Author of the 2016 Stella Prize-winning The Natural Way of Things, Sydney-based Charlotte Wood has been described as one of Australia’s most “original and provocative” authors. Wood is a PhD graduate from the University of New South Wales and recently completed sitting as last year’s Writer in Residence at the University of Sydney, during which time she had her collection of interviews with fellow Australian authors The Writer’s Room: Conversations About Writing published and has worked with the university to give a literary response to the subject of ageing. She will speak about her last novel on the September 13 at 6pm at Berliner Festspiele.
Describe your first memory of writing…
More vivid is my first memory of reading. I was five, kneeling on the living room carpet, desperate and willing, focusing with all my power on the assembled letters on the page before me. Then I saw it: the. I understood! It was like stepping through a hole in the universe. I recognised right away the magnitude of the moment, and I knew in my little five-year-old heart that my world had changed forever. This was it – after all the waiting and straining, this moment would finally open up the world for me.
The three Ws: Where, When, Why do you write?
Where – in my shabby but comfortable studio above a shed in inner Sydney, Australia. It’s small enough and high enough to qualify as a garret.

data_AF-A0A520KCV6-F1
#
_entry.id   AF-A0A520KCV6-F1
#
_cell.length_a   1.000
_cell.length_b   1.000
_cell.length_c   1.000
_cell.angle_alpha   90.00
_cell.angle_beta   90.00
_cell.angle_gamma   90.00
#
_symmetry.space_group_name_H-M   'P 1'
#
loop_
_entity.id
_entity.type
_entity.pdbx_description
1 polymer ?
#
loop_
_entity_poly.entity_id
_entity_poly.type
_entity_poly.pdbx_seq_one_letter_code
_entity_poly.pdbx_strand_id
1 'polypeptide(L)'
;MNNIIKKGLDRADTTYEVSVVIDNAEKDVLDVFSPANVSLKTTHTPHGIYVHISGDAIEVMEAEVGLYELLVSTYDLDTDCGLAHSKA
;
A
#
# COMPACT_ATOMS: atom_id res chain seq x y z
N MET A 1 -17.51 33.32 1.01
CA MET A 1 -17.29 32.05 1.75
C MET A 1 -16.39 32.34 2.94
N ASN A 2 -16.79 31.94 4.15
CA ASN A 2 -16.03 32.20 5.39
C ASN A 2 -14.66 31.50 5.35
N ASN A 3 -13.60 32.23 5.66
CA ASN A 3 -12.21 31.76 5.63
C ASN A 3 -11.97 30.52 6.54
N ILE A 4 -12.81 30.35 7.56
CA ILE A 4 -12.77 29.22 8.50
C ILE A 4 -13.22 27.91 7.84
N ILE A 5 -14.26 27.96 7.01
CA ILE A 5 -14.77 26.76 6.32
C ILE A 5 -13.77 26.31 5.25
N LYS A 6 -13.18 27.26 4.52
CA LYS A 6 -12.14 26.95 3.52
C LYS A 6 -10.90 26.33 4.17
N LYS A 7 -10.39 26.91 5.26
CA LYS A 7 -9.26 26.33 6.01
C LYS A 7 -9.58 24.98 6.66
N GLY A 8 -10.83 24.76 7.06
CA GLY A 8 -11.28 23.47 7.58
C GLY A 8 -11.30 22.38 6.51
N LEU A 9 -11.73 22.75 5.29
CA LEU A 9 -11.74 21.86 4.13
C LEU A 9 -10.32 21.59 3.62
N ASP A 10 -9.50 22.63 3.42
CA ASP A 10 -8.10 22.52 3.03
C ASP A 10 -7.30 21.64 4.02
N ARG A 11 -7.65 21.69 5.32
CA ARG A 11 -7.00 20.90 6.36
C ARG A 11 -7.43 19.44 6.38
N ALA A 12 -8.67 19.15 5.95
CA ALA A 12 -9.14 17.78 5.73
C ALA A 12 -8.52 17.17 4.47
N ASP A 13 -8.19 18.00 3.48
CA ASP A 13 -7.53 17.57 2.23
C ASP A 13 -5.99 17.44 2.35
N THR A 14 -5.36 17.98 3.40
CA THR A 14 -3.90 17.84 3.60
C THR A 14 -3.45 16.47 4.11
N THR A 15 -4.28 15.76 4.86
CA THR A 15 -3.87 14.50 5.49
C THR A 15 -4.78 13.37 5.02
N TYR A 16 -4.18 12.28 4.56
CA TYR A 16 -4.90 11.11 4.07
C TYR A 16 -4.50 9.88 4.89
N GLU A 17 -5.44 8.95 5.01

When – in seasons and tides, sometimes very intensely for eight hours a day, sometimes for a couple of hours at a time. In first draft, the words matter more than the hours: 1000 a day.
Why – to discover and understand what I think. To make sense of the world and my place in it.
How do you get started – with the first sentence, a character, an anecdote, with a coffee or other substances?
I cannot start any morning without three coffees first. Then I begin by beginning – step into the river, anywhere, and start swimming.
Worst praise/favourite criticism about your work?
“It’s like digesting a living creature, one with claws still intact.” / “Like the young heroines of this novel, Charlotte Wood has become a hunter-gatherer, turning a little bit feral.” I don’t know which is which, but I love both.
Books and politics: what should the connection be? What makes writers good/bad activists?
Maybe all books are political, like it or not. Moral certainty might be the most dangerous quality, in a writer or anyone else. If you’re going to write a political book you must also be ready to attack your own cause.
Your favourite literary character. Why?
Right now, it’s characters, plural: the inhabitants of Muriel Spark’s pitiless, funny 1950s novel Memento Mori, in which the sharp, forceful elderly characters begin receiving anonymous phone calls, always saying only one thing: “Remember you must die.” I love their independence of mind, their flintiness and clarity.
A book you wish you had written…
Far too many to mention. Usually any book that’s not my own.
Best recent read…
The Book of Strange New Things by Michel Faber.
Choose an epitaph…
“She was a good cook.”
A question you wish we’d asked…
“Would you like to stay as our guest in Berlin for the whole year?”
Berlin: the first thing that comes to mind?